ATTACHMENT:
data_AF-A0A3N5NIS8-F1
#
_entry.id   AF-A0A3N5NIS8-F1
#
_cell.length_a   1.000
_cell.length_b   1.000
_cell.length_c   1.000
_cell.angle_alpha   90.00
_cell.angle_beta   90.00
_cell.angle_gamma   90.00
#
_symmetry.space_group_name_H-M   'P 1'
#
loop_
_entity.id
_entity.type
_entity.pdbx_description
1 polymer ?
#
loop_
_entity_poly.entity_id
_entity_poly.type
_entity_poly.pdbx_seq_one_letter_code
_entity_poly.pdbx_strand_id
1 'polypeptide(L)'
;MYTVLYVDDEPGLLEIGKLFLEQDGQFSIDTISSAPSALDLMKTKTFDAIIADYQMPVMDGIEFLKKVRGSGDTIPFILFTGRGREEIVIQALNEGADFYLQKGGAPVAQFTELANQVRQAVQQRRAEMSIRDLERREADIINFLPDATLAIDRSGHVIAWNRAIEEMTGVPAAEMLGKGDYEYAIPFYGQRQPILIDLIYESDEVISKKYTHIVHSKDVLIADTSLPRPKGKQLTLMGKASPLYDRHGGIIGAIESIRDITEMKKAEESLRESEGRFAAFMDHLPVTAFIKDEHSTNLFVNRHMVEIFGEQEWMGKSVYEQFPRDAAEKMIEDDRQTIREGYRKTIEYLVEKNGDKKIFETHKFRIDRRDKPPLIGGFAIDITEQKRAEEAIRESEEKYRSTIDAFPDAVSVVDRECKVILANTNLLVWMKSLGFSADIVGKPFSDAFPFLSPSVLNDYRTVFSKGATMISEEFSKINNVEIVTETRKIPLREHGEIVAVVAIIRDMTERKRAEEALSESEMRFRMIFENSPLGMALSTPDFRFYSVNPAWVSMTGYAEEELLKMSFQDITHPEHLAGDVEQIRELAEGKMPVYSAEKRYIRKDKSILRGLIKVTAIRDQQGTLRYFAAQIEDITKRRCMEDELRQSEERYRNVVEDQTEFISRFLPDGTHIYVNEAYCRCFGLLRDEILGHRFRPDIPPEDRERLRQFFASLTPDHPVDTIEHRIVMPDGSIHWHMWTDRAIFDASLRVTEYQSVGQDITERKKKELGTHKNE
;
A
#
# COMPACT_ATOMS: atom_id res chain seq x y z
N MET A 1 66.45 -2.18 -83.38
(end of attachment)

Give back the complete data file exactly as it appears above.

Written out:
data_AF-A0A3N5NIS8-F1
#
_entry.id   AF-A0A3N5NIS8-F1
#
_cell.length_a   1.000
_cell.length_b   1.000
_cell.length_c   1.000
_cell.angle_alpha   90.00
_cell.angle_beta   90.00
_cell.angle_gamma   90.00
#
_symmetry.space_group_name_H-M   'P 1'
#
loop_
_entity.id
_entity.type
_entity.pdbx_description
1 polymer ?
#
loop_
_entity_poly.entity_id
_entity_poly.type
_entity_poly.pdbx_seq_one_letter_code
_entity_poly.pdbx_strand_id
1 'polypeptide(L)'
;MYTVLYVDDEPGLLEIGKLFLEQDGQFSIDTISSAPSALDLMKTKTFDAIIADYQMPVMDGIEFLKKVRGSGDTIPFILFTGRGREEIVIQALNEGADFYLQKGGAPVAQFTELANQVRQAVQQRRAEMSIRDLERREADIINFLPDATLAIDRSGHVIAWNRAIEEMTGVPAAEMLGKGDYEYAIPFYGQRQPILIDLIYESDEVISKKYTHIVHSKDVLIADTSLPRPKGKQLTLMGKASPLYDRHGGIIGAIESIRDITEMKKAEESLRESEGRFAAFMDHLPVTAFIKDEHSTNLFVNRHMVEIFGEQEWMGKSVYEQFPRDAAEKMIEDDRQTIREGYRKTIEYLVEKNGDKKIFETHKFRIDRRDKPPLIGGFAIDITEQKRAEEAIRESEEKYRSTIDAFPDAVSVVDRECKVILANTNLLVWMKSLGFSADIVGKPFSDAFPFLSPSVLNDYRTVFSKGATMISEEFSKINNVEIVTETRKIPLREHGEIVAVVAIIRDMTERKRAEEALSESEMRFRMIFENSPLGMALSTPDFRFYSVNPAWVSMTGYAEEELLKMSFQDITHPEHLAGDVEQIRELAEGKMPVYSAEKRYIRKDKSILRGLIKVTAIRDQQGTLRYFAAQIEDITKRRCMEDELRQSEERYRNVVEDQTEFISRFLPDGTHIYVNEAYCRCFGLLRDEILGHRFRPDIPPEDRERLRQFFASLTPDHPVDTIEHRIVMPDGSIHWHMWTDRAIFDASLRVTEYQSVGQDITERKKKELGTHKNE
;
A
#
# COMPACT_ATOMS: atom_id res chain seq x y z
N MET A 1 66.45 -2.18 -83.38